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State v. Stackhouse

Decided: June 28, 1984.

STATE OF NEW JERSEY, PLAINTIFF-RESPONDENT,
v.
JOSEPH LONNIE STACKHOUSE, DEFENDANT-APPELLANT



On appeal from the Superior Court, Law Division, Somerset County.

Matthews, Gaulkin and Shebell. The opinion of the court was delivered by Gaulkin, J.A.D.

Gaulkin

Defendant pleaded guilty to one count of second-degree burglary (N.J.S.A. 2C:18-2), 11 counts of third-degree burglary (N.J.S.A. 2C:18-2), 8 counts of theft (N.J.S.A. 2C:20-3) and one count of escape (N.J.S.A. 2C:29-5). Pursuant to the plea agreement the State agreed to recommend that two weapons possession counts be dismissed and that any custodial sentence not exceed 20 years in the aggregate with 10 years of parole ineligibility. The State successfully moved to have defendant sentenced to an extended term under N.J.S.A. 2C:44-3(a). Defendant was thereupon sentenced to concurrent terms aggregating 15 years with 7 1/2 years of parole ineligibility. On appeal from the judgment of conviction defendant urges that he was erroneously sentenced pursuant to N.J.S.A. 2C:44-3(a) and that there was an "insufficient factual basis" for his second-degree burglary plea. Since we find both contentions to be meritorious, we need not address the other issues raised by defendant.

Under N.J.S.A. 2C:44-3, the court may impose an extended term of imprisonment when:

a. The defendant is a persistent offender. A persistent offender is a person who at the time of the commission of the crime is 21 years of age or over, who has been previously convicted on at least two separate occasions of two crimes, committed at different times, when he was at least 18 years of age, if the latest in time of these crimes or the date of the defendant's last release from confinement, whichever is later, is within 10 years of the date of the crime for which the defendant is being sentenced.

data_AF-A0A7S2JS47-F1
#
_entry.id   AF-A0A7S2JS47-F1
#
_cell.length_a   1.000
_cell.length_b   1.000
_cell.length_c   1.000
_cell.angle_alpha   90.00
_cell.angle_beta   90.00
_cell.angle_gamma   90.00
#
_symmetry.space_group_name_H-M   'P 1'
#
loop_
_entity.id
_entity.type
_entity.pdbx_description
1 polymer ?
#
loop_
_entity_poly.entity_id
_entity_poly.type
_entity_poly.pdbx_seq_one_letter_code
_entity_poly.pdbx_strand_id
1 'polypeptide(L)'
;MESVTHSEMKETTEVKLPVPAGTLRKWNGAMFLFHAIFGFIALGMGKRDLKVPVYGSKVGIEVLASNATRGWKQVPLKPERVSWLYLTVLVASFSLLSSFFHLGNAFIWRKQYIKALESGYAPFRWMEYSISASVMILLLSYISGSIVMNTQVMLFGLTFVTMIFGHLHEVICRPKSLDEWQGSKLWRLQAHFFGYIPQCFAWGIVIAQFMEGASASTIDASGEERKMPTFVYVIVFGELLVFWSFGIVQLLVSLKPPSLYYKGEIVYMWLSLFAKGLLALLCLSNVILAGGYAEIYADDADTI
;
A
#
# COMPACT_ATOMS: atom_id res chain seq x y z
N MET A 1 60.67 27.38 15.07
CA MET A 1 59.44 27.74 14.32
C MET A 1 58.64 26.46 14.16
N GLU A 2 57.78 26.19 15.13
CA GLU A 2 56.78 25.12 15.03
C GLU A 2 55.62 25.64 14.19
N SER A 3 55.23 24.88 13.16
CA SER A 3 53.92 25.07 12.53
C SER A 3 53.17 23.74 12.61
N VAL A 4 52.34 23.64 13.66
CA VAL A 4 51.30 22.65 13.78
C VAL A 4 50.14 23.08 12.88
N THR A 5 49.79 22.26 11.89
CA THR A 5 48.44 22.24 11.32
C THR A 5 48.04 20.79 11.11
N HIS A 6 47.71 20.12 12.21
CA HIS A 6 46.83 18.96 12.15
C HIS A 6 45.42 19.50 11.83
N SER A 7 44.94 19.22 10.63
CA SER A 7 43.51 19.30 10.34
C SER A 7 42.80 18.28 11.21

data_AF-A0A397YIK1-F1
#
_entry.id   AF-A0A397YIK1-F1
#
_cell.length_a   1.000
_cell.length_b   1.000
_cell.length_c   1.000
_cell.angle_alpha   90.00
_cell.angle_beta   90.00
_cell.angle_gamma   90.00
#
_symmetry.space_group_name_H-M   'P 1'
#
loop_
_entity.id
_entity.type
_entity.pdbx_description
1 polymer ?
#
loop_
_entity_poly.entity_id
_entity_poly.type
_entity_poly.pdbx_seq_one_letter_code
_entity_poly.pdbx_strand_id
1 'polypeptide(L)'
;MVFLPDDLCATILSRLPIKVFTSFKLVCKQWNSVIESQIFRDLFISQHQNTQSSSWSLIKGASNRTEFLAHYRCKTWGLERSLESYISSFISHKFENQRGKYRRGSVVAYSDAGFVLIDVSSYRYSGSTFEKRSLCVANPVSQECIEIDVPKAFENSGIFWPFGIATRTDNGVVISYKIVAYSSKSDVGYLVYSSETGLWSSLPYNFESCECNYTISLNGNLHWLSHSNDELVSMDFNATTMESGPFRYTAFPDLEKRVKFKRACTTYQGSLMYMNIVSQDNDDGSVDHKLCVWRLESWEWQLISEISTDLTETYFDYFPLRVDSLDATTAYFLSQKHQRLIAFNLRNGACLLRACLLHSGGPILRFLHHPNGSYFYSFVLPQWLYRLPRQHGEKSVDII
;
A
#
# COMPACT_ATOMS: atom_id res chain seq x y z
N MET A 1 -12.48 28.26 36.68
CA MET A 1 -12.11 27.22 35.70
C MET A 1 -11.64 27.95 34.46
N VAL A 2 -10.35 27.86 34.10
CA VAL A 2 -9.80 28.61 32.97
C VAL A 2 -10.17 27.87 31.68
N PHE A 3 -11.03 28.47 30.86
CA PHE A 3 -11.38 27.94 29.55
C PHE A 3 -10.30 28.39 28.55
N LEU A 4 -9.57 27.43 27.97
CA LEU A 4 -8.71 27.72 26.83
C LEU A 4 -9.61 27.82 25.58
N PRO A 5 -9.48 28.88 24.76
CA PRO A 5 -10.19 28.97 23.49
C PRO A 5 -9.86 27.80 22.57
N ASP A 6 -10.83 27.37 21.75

Defendant's status as a persistent offender was based on two prior convictions, one state and one federal. On the federal offense defendant had been sentenced to 3 years probation pursuant to the Federal Youth Corrections Act of 1950 (YCA), 18 U.S.C.A. § 5005 et seq. That probationary term commenced on July 9, 1976; defendant was early discharged from probation

on April 16, 1979. The State stipulated that the federal conviction had been "set aside" pursuant to 18 U.S.C.A. § 5021:

5021. Certificate setting aside conviction. -- (a) Upon the unconditional discharge by the Commission of a committed youth offender before the expiration of the maximum sentence imposed upon him, the conviction shall be automatically set aside and the Commission shall issue to the youth offender a certificate to that effect.

(b) Where a youth offender has been placed on probation by the court, the court may thereafter, in its discretion, unconditionally discharge such youth offender from probation prior to the expiration of the maximum period of probation theretofore fixed by the court, which discharge shall automatically set aside the conviction, and the court shall issue to the youth offender a certificate to that effect.

Since defendant was unconditionally discharged from probation "prior to the expiration of the maximum period of probation" his conviction was automatically set aside. See Tuten v. United States, 460 U.S. 660, 103 S. Ct. 1412, 75 L. Ed. 2d 359 (1983).

A conviction, once set aside pursuant to the YCA, should not constitute a predicate basis for sentencing pursuant to a recidivist statute. A conviction "set aside by the court is vacated and can have no further operative effect." United States v. Purgason, 565 F.2d 1279, 1280 (4th Cir.1977). This is consistent with federal court interpretations of the language of the YCA as well as its rehabilitative purposes and policies. See United States v. Arrington, 618 F.2d 1119, 1124 (5th Cir.1980), cert. den. 449 U.S. 1086, 101 S. Ct. 876, 66 L. Ed. 2d 812 (1981); United States v. Fryer, 545 F.2d 11, 13 (6th Cir.1976). Those states to consider the question have determined that using a conviction already set aside under the YCA as a basis for enhanced punishment would offend the YCA's second chance policy for youth offenders. State v. Pacheco, 121 Ariz. 88, 588 P.2d 830, 833 (1978); People v. Wunnenberg, 85 Ill. 2d 188, 52 Ill. Dec. 42, 46, 421 N.E. 2d 905, 909 (1981); Smith v. State, 50 Md.App. 638, 440 A.2d 406, 407-10 (1982); People v. ...


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